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Crack, Junk Food, and Addiction

In TIME, science writer Maia Szalavitz dissects a recent rat study that was reported as if it showed that junk food is "as addictive" as crack. Some rats were assigned to the equivalent of an all-expenses-paid cruise: nearly continuous access to a spectacular array of fatty delicacies including bacon and chocolate frosting. (Rats have good taste. No doubt they'd say the same about humans. We're co-evolved species and it shows.) Another group was allowed to visit the buffet only once a day. An unlucky control group subsisted on regular rat chow and water. As you might expect, the Royal Caribbean rats gorged themselves to the point of obesity.

It seemed as if, the more weight they gained, the more they had to eat to get the same level of satisfaction—like junkies who always need a bigger hit to maintain the same high. Szalavitz writes:

But what shocked the researchers was that extended-access rats also showed deficits in their "reward threshold." That is, unrestricted exposure to large quantities of high-sugar, high-fat foods changed the functioning of the rats' brain circuitry, making it harder and harder for them to register pleasure; in other words, they developed a type of tolerance often seen in addiction;  an effect that got progressively worse as the rats gained more weight. "It was quite profound," says study author Paul Kenny, an associate professor of neuroscience at the Scripps Research Institute. The reward-response effects seen in the fatty-food-eating mice were "very similar to what we see with animals that use cocaine and heroin," he says.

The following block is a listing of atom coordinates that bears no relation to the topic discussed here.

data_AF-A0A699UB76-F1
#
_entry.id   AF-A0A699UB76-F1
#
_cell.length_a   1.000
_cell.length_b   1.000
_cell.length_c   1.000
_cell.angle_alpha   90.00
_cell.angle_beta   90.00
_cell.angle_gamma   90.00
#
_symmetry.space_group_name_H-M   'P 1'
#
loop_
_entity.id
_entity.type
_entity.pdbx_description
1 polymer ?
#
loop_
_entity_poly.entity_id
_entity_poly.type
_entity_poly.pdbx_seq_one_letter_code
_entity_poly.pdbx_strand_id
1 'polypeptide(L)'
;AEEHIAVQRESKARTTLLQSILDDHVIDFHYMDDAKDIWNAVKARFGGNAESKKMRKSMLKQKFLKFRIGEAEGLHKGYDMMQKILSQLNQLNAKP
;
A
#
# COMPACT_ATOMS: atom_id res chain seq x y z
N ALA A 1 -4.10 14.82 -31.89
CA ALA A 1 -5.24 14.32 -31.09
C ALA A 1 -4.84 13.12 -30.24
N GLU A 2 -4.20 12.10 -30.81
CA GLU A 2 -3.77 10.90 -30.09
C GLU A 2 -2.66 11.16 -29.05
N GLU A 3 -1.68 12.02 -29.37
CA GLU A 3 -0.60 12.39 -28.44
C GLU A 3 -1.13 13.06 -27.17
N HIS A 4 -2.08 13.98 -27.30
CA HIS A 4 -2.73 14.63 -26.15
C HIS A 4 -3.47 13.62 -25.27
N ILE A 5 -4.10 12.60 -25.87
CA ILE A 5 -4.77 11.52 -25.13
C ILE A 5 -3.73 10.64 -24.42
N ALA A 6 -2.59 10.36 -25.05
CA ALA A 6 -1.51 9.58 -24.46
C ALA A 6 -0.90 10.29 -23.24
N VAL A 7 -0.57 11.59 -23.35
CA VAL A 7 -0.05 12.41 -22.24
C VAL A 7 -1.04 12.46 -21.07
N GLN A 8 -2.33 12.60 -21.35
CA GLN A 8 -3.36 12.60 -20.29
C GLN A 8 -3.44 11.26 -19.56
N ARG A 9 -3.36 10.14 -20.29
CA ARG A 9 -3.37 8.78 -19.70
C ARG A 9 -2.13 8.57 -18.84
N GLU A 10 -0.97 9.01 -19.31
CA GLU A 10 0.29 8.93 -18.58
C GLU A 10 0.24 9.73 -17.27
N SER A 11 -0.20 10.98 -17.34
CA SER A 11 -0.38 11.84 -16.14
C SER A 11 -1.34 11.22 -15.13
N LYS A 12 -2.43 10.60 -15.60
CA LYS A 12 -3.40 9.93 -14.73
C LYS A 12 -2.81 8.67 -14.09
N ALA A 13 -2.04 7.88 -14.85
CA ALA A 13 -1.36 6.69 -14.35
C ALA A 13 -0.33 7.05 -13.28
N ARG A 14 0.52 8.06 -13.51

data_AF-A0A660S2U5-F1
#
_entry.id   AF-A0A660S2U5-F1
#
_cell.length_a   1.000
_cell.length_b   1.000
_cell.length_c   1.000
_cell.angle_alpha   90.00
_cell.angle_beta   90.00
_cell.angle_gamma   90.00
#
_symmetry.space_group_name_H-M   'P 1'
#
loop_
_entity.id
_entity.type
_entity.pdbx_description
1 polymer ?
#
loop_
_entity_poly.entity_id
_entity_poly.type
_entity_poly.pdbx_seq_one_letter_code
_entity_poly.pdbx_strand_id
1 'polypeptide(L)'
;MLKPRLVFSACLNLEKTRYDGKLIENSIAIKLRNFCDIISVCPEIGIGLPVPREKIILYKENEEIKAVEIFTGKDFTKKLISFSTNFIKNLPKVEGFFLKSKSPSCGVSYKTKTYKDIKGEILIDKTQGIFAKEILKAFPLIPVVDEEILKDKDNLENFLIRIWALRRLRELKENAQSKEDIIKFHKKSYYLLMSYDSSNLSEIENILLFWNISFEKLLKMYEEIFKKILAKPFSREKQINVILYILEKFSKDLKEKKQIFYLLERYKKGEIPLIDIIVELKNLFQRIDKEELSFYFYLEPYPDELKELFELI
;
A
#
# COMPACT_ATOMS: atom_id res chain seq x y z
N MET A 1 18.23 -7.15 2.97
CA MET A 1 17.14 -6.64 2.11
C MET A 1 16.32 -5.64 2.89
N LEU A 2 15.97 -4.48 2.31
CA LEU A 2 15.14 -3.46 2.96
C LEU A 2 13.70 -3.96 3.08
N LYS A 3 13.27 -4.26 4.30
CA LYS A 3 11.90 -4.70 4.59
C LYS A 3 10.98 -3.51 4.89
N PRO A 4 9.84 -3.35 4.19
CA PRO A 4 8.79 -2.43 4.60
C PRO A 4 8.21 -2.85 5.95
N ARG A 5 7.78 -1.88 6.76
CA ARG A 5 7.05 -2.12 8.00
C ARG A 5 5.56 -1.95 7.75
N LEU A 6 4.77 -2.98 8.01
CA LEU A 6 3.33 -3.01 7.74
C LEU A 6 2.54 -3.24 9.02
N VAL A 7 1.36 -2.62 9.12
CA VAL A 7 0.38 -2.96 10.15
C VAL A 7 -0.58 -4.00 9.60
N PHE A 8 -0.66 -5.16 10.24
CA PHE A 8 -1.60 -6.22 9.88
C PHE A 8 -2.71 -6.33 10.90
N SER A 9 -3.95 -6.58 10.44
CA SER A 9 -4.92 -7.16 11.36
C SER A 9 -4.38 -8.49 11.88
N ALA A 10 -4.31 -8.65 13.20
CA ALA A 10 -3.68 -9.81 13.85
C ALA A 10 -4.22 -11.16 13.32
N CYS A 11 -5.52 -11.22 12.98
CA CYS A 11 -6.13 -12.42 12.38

Kenny's study did not include rats exposed to drugs, making direct comparison tricky, but other studies have found that chronic cocaine or heroin exposure leads to reductions in reward thresholds of 40% to 50%.

However, Szalavitz argues that this is not cause for a national junk food addiction panic. Just because rats will gorge themselves on food, or drugs, in the laboratory does not prove that these substances have magical addictive properties. Rats, like humans, are highly social animals. They crave cognitive and social stimulation. When you lock them in tiny cages with one bright spot in their lives, be it food or drugs, they will overindulge. Previous research with opiates has shown that when rats are given plenty of space and social interaction, they lose interest in morphine, even when it's freely available.

This study does hold object lessons for the human obesity crisis. The issue is not so much that junk food is dangerously addictive, but rather that people who are isolated, sedentary, and stressed are far more susceptible to its charms than those who have a more balanced lifestyle.

Photo credit: By flickr user hamron, distributed under Creative Ccommons.

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